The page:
Orange County Sheriff's Office
George Zimmerman is pictured in this booking photo taken in July 2005.
Court documents obtained by msnbc.com on Tuesday evening show that George Zimmerman, who fatally shot 17-year-old Trayvon Martin, went to court in 2005 and 2006 for accusations of domestic violence, tussling with a police officer and speeding.
The three incidents took place in Orange County, Fla.
- In 2005, Zimmerman, then 20, was arrested and charged with “resisting officer with violence” and “battery of law enforcement officer,” both which are third-degree felonies. The charge was reduced to “resisting officer without violence” and then waived when he entered an alcohol education program. Contemporaneous accounts indicate he shoved an officer who was questioning a friend for alleged underage drinking at an Orange County bar.
- In August 2005, Zimmerman’s ex-fiancee, Veronica Zuazo, filed a civil motion for a restraining order alleging domestic violence. Zimmerman counterfiled for a restraining order against Zuazo. The competing claims were resolved with both restraining orders being granted.
- In December 2006, Zimmerman was charged with speeding. The case was dismissed when the officer failed to show up in court.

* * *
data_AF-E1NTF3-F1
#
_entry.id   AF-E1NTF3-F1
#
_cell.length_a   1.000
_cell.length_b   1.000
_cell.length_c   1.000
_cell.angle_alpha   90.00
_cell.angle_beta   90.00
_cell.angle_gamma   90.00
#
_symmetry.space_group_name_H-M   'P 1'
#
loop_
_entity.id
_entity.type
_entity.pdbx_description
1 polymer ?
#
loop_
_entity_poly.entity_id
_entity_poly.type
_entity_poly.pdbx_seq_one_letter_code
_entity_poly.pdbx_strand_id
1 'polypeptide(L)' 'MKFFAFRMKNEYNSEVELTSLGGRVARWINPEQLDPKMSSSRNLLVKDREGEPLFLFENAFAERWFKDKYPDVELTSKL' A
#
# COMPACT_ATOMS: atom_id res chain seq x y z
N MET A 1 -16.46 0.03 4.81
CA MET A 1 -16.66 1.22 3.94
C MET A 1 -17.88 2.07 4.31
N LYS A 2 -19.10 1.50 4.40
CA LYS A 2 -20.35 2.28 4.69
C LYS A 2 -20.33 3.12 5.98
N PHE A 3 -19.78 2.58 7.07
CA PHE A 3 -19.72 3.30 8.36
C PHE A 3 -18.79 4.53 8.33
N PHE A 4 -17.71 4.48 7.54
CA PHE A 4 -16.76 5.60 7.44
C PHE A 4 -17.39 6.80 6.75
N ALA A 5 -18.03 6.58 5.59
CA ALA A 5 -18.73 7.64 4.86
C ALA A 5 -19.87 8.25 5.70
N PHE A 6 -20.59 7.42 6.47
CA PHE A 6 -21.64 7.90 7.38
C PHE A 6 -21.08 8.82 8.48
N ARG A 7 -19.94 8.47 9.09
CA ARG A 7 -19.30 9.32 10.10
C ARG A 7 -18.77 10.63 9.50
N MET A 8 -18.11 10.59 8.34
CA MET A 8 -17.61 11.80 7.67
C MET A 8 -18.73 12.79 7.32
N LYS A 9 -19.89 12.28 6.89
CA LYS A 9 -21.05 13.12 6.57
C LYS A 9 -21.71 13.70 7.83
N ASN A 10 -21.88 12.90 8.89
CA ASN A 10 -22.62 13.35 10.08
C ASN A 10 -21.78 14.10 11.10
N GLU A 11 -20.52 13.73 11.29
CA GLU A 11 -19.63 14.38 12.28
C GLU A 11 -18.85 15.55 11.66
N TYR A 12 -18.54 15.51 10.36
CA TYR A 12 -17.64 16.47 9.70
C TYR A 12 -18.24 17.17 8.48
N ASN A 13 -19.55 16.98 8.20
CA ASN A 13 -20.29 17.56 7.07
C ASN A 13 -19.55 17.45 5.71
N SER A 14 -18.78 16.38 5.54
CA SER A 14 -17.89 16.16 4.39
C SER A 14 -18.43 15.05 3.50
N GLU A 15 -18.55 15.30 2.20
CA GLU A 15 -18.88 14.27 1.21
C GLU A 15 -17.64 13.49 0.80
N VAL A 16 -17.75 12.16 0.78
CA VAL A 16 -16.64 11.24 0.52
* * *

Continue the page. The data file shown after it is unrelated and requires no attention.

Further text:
On Feb. 26, in Sanford, Fla., Zimmerman fatally shot Martin, who was unarmed. Zimmerman, 28, a neighborhood watch volunteer, told police that he shot in self-defense and that Martin attacked him, breaking his nose.
Outraged, Martin’s parents and their supporters have called for Zimmerman’s arrest. The case has drawn national attention and thousands have rallied across the country for Martin’s parents’ cause.
Bill Lee, the Sanford police chief, has temporarily stepped down from his post. The FBI and Department of Justice and the state of Florida are investigating.
Zimmerman's attorney, Craig Sonner, did not immediately respond to an email seeking comment on the court appearances and his voicemail box was full.
M. Alex Johnson and Miranda Leitsinger contributed to this report.
The parents of Trayvon Martin, the 17-year-old student fatally shot by a neighborhood watch volunteer in a gated Florida community, defend their son's reputation amid new reports that portray him as a teen often in trouble. NBC's Ron Allen reports.
More content from msnbc.com and NBC News:
- Dramatic rescue of whale caught in fishing net
- End of coal power plants? EPA proposes new rule
- Body of beloved Vermont teacher found
- Hackers turn credit report websites against consumers
- Supreme Court expresses skepticism over health care mandate